With the internet easily connecting prospective puppy owners to breeders around the country, some dogs are traveling long distances to their new homes. While animal rights advocates recommend adopting shelter pets, many prospective owners turn to breeders when they are seeking a specific type, such as a hypoallergenic breed.
And while visiting a breeder in person is considered wise, buyers seeking the soonest-available puppy of a specific breed often purchase from someone they’ve never met. (Some websites listing breeders say they only include those vetted as small-scale and reputable.)
Puppies are sometimes transported in airplane cargo holds, but most airlines suspended the practice during the pandemic. And many breeders, including Cheri Lyberg, won’t ship their puppies as cargo, because of concerns that it stresses the animals.
For most puppies flying to their new owners, the trip is also their first time away from their first home, mother and littermates, Brooke noted. And while dogs flying as cargo must remain in their crates between check-in and arrival, a puppy nanny can take the dog out of the carrier for snuggles and exercise while waiting to board, or during layovers.
On delivery day, the sisters check in with airline staff to confirm the puppy’s carrier will fit under a seat and that veterinary records ensure it’s healthy and has up-to-date shots. At the airport, the puppies attracted a lot of attention, especially when the sisters recently delivered two littermates to different cities and departed MSP around the same time. “We went through security together and to get coffee together and people were ogling the puppies the whole time,” Brooke said.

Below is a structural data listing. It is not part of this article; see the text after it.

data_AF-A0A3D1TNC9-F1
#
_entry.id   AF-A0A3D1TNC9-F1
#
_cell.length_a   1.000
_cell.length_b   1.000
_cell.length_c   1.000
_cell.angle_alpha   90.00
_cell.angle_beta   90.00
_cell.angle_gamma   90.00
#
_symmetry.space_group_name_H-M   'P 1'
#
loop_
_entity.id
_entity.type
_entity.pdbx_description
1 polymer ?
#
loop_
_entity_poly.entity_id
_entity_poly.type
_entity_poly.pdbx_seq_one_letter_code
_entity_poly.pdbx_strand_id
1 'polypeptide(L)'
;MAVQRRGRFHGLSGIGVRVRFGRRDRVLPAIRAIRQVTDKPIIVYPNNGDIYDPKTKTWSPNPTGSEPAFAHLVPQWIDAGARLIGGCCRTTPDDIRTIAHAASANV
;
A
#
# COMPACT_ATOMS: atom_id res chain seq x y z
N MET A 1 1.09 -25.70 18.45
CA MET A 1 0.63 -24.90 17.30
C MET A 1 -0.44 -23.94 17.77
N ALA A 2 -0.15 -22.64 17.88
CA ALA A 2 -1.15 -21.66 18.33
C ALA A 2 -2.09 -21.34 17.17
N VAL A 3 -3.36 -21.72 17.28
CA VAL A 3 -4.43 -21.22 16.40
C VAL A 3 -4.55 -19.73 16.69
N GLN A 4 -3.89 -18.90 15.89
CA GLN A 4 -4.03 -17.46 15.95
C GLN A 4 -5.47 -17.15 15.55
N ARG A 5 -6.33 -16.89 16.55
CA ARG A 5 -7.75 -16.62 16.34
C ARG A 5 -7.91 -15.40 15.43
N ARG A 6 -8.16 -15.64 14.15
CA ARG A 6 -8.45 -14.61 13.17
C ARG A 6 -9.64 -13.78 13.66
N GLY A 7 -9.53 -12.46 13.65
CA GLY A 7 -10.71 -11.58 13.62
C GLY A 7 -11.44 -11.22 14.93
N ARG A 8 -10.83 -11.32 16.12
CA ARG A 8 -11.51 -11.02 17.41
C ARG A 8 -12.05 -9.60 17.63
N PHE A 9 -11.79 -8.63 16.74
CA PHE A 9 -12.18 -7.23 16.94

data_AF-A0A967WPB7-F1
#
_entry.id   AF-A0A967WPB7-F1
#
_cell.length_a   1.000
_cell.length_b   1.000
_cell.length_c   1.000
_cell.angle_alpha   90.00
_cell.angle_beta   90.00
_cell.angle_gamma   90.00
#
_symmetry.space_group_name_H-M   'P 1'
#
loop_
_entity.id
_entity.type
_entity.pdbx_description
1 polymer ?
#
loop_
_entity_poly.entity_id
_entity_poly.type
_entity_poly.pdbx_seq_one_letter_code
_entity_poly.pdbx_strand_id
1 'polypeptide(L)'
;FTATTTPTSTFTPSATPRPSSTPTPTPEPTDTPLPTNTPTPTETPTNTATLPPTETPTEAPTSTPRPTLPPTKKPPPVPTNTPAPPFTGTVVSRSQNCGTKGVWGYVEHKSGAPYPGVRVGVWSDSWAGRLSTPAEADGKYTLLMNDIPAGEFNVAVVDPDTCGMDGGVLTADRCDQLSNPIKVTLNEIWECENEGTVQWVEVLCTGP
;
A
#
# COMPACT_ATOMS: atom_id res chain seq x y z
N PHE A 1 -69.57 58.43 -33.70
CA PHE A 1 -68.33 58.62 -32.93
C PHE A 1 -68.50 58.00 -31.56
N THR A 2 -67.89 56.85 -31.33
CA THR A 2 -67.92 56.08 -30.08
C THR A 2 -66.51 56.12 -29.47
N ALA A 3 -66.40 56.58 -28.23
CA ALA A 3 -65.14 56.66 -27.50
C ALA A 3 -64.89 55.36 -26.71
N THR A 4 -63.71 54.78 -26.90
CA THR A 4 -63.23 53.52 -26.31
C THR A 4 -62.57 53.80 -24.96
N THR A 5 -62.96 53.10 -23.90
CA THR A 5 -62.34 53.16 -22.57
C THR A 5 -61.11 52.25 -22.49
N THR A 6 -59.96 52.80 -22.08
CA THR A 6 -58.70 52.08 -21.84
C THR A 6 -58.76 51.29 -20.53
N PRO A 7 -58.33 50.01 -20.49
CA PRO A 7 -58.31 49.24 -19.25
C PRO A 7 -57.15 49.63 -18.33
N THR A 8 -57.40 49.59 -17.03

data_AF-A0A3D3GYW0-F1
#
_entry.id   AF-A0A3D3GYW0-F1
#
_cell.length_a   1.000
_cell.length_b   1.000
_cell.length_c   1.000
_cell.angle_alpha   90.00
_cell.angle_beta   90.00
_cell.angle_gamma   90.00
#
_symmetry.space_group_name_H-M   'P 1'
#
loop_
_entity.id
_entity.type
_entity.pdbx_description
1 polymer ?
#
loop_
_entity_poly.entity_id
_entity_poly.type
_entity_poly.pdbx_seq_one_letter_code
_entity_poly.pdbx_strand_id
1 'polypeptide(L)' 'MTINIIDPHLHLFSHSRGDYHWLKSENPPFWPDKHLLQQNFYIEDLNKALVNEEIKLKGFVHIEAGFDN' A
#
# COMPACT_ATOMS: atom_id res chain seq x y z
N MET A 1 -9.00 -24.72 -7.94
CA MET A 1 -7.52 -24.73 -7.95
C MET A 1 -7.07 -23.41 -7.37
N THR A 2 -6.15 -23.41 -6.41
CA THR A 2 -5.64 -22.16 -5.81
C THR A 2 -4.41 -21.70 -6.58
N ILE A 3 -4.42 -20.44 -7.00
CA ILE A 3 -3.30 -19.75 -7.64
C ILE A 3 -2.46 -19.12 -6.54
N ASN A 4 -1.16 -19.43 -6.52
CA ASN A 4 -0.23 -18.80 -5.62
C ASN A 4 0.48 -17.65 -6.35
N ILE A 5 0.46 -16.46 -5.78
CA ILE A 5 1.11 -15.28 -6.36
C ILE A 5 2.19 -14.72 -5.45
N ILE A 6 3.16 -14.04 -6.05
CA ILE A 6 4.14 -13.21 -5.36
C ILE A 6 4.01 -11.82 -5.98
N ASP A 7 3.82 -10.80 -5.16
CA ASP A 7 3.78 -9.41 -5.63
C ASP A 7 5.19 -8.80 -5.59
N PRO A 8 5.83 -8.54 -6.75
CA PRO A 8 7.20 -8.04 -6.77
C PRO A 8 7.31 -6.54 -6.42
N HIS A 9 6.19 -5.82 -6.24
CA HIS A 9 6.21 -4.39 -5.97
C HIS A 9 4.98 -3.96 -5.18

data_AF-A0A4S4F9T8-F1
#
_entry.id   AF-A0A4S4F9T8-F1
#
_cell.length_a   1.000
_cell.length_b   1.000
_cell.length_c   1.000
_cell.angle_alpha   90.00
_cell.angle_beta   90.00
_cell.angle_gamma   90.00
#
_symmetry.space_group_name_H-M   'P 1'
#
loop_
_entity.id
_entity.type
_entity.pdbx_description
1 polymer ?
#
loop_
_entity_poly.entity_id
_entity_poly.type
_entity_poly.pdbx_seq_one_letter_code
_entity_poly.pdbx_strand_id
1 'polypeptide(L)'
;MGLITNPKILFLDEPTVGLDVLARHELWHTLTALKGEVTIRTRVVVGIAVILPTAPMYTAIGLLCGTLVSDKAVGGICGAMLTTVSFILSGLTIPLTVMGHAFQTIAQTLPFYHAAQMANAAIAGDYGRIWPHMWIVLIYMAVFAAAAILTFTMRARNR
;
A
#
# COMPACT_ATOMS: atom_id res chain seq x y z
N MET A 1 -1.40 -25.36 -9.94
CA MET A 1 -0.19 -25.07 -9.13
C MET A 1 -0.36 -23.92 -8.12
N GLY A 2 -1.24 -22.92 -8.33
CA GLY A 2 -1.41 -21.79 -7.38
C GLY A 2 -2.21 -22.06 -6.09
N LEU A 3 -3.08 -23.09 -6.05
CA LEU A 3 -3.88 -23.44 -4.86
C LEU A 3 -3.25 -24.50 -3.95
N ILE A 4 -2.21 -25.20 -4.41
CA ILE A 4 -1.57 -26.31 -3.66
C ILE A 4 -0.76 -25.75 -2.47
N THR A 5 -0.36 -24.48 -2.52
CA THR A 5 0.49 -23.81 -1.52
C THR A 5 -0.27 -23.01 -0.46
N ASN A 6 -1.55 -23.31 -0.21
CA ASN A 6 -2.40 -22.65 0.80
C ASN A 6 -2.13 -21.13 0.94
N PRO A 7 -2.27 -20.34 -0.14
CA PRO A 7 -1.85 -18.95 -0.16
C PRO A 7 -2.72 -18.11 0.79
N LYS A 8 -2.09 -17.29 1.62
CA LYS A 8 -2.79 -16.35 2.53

Puppies must remain stowed in their carrier during the flight, but if they show any signs of distress, the sisters are prepared with toys, bones and soothing techniques. “It’s a big day for them,” Brooke said. “But for the most part, once the plane gets in the air, they fall asleep.”
As Hope prepared to board her plane at MSP, she texted a photo of the puppy to her new owner, Wendy Castano of Newington, Conn.
During the pandemic, Castano had wanted to get a hypoallergenic puppy but had difficulty finding one from breeders near her because of high demand. So she followed the lead of a colleague who had recently found Sister Doodles online, purchased a puppy from Cheri and hired her daughters to deliver it.
“Flights already make me nervous, as is,” Castano said. “To add a dog into the mix would have just been a little too much.”
Though the nanny service is costly (the sisters charge $500 a day, in addition to the cost of their plane ticket and the dog’s in-cabin fee), Castano saw it as the safer approach. “It’s expensive, but it’s less traumatic for the puppy,” she said.
After deplaning, Hope handed off the puppy to Castano, along with a bag of goodies: toys and treats the puppy liked, plus a small blanket retaining its mother’s scent. Then Hope dashed off to catch her return flight.
Saying goodbye to puppies you’ve known from birth can be bittersweet, Brooke said.
“You fall in love with them for the first eight to 10 weeks that they’re with you,” she said. “But when you have five or six or 10 puppies in the litter, it gets to be a lot of work. So you’re ready for them to go to their new homes and be happy with their new families.”